Every film festival has that one rough diamond, lurking deep within the recesses of its colossal programme, that everyone’s desperate to unearth. At this year’s Berlinale, that gem was The Strange Little Cat (Das merkwürdige Kätzchen, 2013), the first film to be reviewed in our newly launched ‘Under the Radar’ strand. In fact, one US writer was so enamoured with the film that he reputedly bought tickets to all four of its public screenings. Directed by Ramon Zürcher and conceived at a seminar held by illustrious Hungarian director Béla Tarr, The Strange Little Cat is a timid domestic chamber piece, loosely adapted from Franz Kafka’s Metamorphosis.
Set almost entirely within the four walls of an orthodox Berlin apartment, siblings Karin (Anjorka Strechel) and Simon (Luk Pfaff) have arrived at their parent’s house for a gathering that embraces three generations of their family. However, despite this cosy apartment converting into a hive of activity, everyone appears to be peculiarly forlorn, culminating in a bustling home of curiously gregarious recluses. From Clara (Mia Kasalo), the youngest member of the family and her compulsion to scream once any kitchen appliance is in use, to the family’s anxious dog who growls whenever the film’s titular feline purrs, each character in Zürcher’s delicately fashioned middle-class household has their own eccentric yet endearing peculiarities.
A film with little to no actual plot, The Strange Little Cat captivates you through its simple, yet intelligent observations, whether it be a simple metaphysical quandary about why orange peel always falls pith side up or a conversation about the carcinogenic perils of using cheap tools. Fashioning an enthralling slice of everyday life, this immersive experience is only heightened by Zürcher’s use of static, chest height shots, that culminate in a sense of being right at the dinner table observing this intriguing domestic arrangement. With an economical runtime of 72 minutes, The Strange Little Cat may adhere to the formula of a TV soap opera, but offers up far more than your average, bog-standard telenovela.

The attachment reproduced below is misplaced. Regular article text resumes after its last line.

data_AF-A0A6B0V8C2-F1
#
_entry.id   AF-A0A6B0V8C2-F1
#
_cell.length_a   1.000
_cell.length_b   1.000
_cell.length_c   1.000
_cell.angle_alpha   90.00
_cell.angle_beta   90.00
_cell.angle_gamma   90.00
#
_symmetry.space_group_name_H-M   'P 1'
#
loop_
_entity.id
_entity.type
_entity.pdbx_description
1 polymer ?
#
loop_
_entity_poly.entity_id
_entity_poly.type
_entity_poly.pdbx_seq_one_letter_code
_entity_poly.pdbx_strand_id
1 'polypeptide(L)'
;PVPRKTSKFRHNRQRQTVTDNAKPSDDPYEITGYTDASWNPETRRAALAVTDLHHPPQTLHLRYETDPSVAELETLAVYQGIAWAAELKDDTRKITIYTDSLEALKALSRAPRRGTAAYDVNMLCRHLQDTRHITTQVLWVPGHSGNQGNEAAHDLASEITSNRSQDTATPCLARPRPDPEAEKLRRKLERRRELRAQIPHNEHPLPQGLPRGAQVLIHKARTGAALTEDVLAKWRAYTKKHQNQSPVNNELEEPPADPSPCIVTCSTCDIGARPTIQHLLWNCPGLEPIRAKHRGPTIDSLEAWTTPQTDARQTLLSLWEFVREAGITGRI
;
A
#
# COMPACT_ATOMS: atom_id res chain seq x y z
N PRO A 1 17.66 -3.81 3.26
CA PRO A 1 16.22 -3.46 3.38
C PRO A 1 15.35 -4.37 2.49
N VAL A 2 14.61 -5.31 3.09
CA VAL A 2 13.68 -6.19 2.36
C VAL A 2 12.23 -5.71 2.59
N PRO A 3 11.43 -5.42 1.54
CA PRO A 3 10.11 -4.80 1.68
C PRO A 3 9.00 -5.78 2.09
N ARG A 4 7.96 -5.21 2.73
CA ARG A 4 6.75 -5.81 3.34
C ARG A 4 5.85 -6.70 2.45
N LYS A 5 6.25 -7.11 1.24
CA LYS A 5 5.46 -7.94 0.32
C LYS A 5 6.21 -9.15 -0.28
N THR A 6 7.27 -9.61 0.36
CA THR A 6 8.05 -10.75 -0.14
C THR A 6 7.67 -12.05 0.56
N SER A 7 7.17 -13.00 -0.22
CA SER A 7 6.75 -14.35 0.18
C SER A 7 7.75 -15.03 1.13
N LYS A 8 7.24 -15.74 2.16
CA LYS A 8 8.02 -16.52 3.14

Thanks to Zürcher’s sophisticated choreography, we witness a fascinating domestic dance which sees character effortlessly glide across each others path’s with an charming grace and elegance – culminating in a carefully orchestrated household ballet of despondency delightfully soundtracked by a haunting minimalist score from Thee More Shallows. However, the film’s dialogue lacks such bravura as each witty discourse is diluted by a series of deadpan asides, with each character’s outspoken proclamations often fading into a personal monologue. This elusive ambiance of melancholy culminates in a gently simmering pressure cooker of domiciliary tension, with the household’s matriarchal figurehead the foremost casualty with her life having become little more than a joyless series of spirit crushing tête-à-têtes.
A conveyor belt of subtle humiliations, the piercing observations that litter Zürcher’s The Strange Little Cat’s script more than make up for its lack of tangible drama. Thankfully, what we’re left with is a tenderly hypnotic, delicately potent and beautifully efficient slice of contemporary life that as an example of minimalist cinema is an exemplary feat in independent filmmaking.
For more information about The Strange Little Cat (Das merkwürdige Kätzchen, 2013), visit berlinale.de.